Advice for (Female) Changemakers

I’ve spent a lot of time over the past few years reflecting on where I am in my career, how I got here, and where I want to go. I find myself in a funny place. I still feel like I’m just getting started. I’m still hungry to learn and to play, to find fulfilling ways to make a bigger impact on the world.

But I’ve also been around the block a few times. Nine years ago, I had a vision for the world and my role in it, and I scratched and clawed to where I am today. I messed up a lot along the way, but I was very, very stubborn. I created a job description for myself that doesn’t exist anywhere else. I do the kind of work I want to do, the way I want to do it, with the people I want to do it with. Some critical mass of people know who I am and respect what I do, and that keeps me in business. Among that critical mass are changemakers themselves, people and organizations doing amazing things. I love what I do, I feel blessed to be doing it, and I’m hungry for more.

So now I’m in second grade. And naturally, there are folks in the first grade who are curious about how I got here. And since I’m tall for my age, there are folks in the third grade who think I know more than I do, and they’re curious too.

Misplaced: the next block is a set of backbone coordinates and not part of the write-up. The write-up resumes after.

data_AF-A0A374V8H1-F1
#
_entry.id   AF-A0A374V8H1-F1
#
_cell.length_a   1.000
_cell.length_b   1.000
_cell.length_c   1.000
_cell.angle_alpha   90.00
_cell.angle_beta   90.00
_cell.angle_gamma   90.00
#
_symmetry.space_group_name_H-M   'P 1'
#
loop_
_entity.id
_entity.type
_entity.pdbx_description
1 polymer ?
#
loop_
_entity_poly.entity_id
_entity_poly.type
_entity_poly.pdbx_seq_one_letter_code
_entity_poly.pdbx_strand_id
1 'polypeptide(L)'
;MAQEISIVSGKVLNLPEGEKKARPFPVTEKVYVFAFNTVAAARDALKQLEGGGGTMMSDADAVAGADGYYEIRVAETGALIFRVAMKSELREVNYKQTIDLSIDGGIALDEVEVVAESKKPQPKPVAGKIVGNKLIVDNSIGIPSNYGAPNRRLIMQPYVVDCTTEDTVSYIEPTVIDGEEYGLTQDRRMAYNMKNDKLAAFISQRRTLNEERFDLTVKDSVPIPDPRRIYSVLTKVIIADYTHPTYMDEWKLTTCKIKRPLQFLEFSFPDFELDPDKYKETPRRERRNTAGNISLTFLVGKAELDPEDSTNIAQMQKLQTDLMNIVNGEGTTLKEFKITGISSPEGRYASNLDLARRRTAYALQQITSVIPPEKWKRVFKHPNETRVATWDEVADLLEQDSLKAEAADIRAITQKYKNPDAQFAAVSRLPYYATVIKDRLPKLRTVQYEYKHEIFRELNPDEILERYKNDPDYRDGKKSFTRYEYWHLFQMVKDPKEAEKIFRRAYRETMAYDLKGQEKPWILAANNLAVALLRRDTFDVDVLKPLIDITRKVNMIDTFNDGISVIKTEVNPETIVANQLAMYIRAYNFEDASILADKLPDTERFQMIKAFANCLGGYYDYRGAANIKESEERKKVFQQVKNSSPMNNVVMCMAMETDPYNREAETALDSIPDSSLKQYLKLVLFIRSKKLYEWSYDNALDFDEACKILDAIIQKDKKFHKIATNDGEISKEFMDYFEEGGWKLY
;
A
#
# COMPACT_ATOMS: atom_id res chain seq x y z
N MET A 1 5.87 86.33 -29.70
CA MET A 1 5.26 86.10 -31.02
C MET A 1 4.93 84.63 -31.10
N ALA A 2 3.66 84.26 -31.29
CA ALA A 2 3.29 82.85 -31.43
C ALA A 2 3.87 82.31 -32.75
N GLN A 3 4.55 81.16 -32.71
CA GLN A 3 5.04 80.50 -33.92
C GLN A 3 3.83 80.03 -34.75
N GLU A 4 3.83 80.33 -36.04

So I want to take a moment and offer some of that hard-earned wisdom. I want to offer this to anyone who wants to be a changemaker, but I especially want to offer it to women.

I have two reasons for this. First, for whatever reason, several women have recently reached out to me for advice, so this is in large part for them. Second, based on my experiences with an admittedly unrepresentative sample, I think that women could use this advice more than men. I’m not going to articulate my reasons for this better than Clay Shirky did last year, so I’m not going to try.

Find Your Voice

First and foremost, find your voice and own it. I can’t tell you how often I meet brilliant, passionate people who have important points of view and who aren’t willing to share them. It’s not because they feel proprietary about their thoughts. It’s because they feel unworthy of them.

There’s a psychological phenomenon known as the Dunning-Kruger effect. It suggests that people who are incompetent tend to overrate their abilities, whereas people who are highly competent tend to underrate their abilities. I find the good kind of Dunning-Kruger rampant among the people I meet and know. It’s not bad on average, because it results in a learning mentality. But it becomes bad when it prevents you from owning your voice. If you’re not voicing your ideas, if you’re not interacting with others, you’re impeding your learning.